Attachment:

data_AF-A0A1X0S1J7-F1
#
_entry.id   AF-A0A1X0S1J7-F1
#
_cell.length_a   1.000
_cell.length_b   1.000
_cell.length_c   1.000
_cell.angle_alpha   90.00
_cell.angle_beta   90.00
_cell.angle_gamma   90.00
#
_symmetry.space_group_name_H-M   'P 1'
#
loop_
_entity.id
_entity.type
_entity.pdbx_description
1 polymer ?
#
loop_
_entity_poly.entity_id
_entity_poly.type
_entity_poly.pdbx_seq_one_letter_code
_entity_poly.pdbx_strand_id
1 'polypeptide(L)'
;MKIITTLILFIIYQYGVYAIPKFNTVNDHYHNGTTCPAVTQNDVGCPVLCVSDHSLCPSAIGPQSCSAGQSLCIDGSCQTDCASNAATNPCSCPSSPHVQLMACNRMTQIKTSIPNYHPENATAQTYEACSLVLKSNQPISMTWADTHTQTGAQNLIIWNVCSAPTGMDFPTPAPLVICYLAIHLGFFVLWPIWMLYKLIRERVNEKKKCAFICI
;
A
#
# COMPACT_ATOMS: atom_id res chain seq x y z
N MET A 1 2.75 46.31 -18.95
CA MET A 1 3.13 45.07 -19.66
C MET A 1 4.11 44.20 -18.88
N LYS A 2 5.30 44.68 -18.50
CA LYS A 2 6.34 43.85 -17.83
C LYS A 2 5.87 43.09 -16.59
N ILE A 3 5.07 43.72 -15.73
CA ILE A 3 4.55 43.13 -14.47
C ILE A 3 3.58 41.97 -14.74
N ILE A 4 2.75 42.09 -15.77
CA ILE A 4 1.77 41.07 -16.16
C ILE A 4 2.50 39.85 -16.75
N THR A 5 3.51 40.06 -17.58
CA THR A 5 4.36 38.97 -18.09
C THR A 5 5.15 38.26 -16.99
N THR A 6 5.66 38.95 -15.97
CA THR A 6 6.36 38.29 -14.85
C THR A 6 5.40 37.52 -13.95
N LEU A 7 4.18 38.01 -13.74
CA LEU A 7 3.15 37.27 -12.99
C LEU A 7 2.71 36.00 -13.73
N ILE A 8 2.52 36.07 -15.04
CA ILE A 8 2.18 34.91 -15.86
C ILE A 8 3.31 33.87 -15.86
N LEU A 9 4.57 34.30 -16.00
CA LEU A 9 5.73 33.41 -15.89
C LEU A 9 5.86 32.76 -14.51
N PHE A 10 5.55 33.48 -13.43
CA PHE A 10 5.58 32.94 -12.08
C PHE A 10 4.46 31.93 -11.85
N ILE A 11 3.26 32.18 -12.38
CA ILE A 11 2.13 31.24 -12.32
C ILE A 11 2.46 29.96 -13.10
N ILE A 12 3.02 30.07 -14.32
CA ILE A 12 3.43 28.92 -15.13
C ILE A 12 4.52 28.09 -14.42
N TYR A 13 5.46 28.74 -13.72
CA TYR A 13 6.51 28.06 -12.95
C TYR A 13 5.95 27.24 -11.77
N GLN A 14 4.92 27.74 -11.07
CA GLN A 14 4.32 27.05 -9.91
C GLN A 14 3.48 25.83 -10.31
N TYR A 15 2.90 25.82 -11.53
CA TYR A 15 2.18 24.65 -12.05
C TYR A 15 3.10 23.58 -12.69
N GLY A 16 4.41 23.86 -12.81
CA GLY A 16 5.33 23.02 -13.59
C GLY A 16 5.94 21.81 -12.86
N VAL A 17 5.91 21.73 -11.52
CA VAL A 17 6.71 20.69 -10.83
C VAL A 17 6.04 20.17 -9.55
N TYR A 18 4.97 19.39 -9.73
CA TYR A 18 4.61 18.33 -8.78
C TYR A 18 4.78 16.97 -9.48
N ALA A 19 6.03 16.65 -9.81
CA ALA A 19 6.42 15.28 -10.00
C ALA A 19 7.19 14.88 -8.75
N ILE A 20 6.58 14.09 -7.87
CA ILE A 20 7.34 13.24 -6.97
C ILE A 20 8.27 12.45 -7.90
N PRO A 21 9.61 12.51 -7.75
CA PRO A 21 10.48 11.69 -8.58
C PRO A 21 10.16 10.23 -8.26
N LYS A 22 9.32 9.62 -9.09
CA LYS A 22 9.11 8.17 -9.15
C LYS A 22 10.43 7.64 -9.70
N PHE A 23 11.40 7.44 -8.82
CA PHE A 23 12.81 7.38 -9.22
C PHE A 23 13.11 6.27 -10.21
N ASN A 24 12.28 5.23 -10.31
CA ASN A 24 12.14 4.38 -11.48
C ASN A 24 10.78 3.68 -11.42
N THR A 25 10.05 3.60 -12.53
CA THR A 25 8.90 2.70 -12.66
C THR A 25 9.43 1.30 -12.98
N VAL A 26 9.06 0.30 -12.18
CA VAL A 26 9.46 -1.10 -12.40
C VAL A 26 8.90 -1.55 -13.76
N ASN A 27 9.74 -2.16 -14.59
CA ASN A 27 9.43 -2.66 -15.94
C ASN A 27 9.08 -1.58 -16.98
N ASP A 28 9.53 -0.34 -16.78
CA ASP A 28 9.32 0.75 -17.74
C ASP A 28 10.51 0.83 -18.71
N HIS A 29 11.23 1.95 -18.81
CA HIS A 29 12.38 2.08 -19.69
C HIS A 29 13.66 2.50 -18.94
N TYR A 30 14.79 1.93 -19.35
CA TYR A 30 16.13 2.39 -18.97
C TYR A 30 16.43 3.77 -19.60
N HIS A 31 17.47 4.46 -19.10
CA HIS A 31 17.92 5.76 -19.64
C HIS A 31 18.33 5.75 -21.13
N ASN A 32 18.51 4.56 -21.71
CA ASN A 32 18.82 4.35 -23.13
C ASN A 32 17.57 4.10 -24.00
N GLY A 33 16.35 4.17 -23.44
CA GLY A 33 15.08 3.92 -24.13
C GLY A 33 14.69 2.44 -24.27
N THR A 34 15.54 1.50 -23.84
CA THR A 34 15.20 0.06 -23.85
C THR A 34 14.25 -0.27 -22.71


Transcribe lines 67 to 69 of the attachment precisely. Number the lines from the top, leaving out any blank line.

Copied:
N TYR A 13 5.46 28.74 -13.72
CA TYR A 13 6.51 28.06 -12.95
C TYR A 13 5.95 27.24 -11.77